The Banking, Financial Services and Insurance (BFSI) segment in India is flourishing, with a constant focus on technological innovations. Indian banks have deployed technology-intensive solutions for staying relevant but despite advancement, the journey continues, Rashi Aditi Ghosh of Elets News Network (ENN) explores the voyage of Indian banking industry towards the zenith of advancement.
The Indian banking scenario
Banking as an institution originated in India around the late 18th century, essentially catering to the needs of the British government.
Post-independence, the nationalisation of major private sector banks in 1969 is marked as an important milestone in the Indian banking system. This is said to be one of the initial steps taken in making banking accessible to the unbanked population in India.
Later, the economic liberalisation in the early 1990s acted as a catalyst and steered in the era of privatization, giving birth to several new generation tech-savvy private banks.
In this era, few foreign banks commenced their India operations as well. All these banks, which were quick to leverage emerging technology, were competitive in attracting customers and winning them over by professional services.
This, as a result, ignited a sense of urgency in public sector banks and older private sector banks to mend their ways, which, in turn, completely transformed banking operations in India.
Impact of the IT revolution
The opening up of the Indian economy in 1991 almost proved to be in sync with the worldwide Internet revolution (www). This, in return, doubly impacted the Indian private and public sector banks that were still stuck in the old traditional ways of performing.
With the rise of Indian IT services, within no time Indian banks started embracing technology wholeheartedly.
This channelised the emergence of business process automation in Indian banking segment.As a result of this initiative, customer service reported enhancement, reduction in manpower costs and an increase in profitability.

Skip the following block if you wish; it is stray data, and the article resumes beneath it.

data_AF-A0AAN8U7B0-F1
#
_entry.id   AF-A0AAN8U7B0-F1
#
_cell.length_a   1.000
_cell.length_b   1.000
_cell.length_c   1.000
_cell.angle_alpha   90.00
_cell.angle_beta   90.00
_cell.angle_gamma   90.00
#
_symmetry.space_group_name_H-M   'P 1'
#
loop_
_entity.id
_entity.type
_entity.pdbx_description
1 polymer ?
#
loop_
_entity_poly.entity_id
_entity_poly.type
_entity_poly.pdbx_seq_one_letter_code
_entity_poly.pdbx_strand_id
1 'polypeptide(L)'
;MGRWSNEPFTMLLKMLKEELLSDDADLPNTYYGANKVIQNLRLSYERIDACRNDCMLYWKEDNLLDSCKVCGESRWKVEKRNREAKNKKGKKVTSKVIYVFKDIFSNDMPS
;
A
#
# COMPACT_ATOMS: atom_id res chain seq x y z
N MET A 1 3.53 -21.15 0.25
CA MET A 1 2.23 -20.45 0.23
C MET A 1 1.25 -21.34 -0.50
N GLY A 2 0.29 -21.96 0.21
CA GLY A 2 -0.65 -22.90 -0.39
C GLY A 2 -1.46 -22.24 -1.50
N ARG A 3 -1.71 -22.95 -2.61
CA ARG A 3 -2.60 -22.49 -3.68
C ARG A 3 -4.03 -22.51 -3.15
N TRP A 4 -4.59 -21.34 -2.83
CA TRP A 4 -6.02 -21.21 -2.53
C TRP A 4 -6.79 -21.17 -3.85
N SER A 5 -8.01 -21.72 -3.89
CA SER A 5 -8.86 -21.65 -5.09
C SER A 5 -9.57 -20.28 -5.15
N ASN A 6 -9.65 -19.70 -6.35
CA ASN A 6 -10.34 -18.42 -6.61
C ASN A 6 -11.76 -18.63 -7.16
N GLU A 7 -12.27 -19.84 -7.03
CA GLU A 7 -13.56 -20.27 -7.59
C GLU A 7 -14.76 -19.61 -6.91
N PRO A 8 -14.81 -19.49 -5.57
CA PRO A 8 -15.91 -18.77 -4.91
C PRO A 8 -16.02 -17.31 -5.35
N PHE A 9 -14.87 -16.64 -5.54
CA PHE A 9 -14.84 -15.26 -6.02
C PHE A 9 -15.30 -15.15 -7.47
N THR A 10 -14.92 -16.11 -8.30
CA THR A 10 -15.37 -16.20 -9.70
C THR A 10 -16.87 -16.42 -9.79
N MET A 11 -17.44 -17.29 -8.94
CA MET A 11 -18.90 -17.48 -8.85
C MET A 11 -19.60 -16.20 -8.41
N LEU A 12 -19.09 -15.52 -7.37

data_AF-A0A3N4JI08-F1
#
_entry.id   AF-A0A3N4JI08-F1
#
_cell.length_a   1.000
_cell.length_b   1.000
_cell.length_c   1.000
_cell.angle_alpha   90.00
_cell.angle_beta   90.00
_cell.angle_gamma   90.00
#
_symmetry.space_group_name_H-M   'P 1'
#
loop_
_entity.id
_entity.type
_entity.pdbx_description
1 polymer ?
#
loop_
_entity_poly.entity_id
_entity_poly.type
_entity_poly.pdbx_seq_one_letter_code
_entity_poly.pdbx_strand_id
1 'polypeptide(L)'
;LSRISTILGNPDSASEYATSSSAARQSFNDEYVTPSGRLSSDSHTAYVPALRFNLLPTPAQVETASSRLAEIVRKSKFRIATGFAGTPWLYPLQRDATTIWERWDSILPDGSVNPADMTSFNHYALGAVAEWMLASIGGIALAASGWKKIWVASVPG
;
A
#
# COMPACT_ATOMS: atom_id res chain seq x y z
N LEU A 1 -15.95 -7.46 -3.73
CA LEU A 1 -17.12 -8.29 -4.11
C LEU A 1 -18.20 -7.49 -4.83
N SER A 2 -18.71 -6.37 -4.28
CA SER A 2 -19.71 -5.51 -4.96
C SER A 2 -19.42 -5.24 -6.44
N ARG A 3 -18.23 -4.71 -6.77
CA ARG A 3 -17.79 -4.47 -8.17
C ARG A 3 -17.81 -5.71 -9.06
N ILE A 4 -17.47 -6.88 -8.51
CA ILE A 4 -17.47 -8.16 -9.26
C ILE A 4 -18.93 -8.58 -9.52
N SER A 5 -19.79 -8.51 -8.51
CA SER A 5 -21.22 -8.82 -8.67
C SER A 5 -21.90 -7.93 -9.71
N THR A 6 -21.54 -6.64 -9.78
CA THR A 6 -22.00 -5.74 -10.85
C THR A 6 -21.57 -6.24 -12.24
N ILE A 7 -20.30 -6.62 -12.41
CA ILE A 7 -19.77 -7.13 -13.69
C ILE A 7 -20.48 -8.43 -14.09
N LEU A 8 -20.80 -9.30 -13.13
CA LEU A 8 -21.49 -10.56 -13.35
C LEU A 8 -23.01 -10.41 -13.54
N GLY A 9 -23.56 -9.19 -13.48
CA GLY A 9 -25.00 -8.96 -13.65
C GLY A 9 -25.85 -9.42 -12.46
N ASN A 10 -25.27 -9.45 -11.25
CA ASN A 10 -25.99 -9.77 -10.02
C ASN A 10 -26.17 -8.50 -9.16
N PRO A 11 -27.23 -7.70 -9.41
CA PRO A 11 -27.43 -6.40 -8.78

Indian banking also saw a drastic change gradually. Apart from normal banking products and services, the banks started selling third party products such as mutual funds and insurance to their clients as well.
This step proved to be positive as single window selling saved the customer’s time and enabled the bank to enrich the relationship.
The Reserve Bank of India (RBI) played a pivotal role in this transformational journey, by issuing regulations and recommendations on banking mechanisation and computerisation.
Serveral significant steps namely establishment of computeried inter-connectivity across bank branches, introduction of MICR based cheque clearing, revamping of payment services and settlements through Electronic Clearing Services (ECS), Real Time Gross Settlement System (RTGS), National Electronic Funds Transfer (NEFT), paved way to the onset of banking technology revolution.
Regular advances in technology, growth in middle-class income levels, and rise in demand from a consumer-oriented financial market, soon transformed the Indian banking sector to a customer centric, technology-driven, financial industry, catering to the diverse needs of its customers.
Significant milestones in Indian Banking Sector
over the years, the banking sector in India has witnessed a visible shift from traditional mode to channel-based banking.
One such revolution in the history of Indian banking was the introduction of ATMs (Automated Teller Machines).This service for the first time provided the customers in India with “any time” access to their money. The credit and debit card enabled cashless transactions, introduced a revolution in the banking world.
Affordable technology-based infrastructure namely cheap, small but powerful computers and other hand-held gadgets and higher Internet bandwidth within less investment gradually started ensuring easy access to banking products and effortless banking transactions.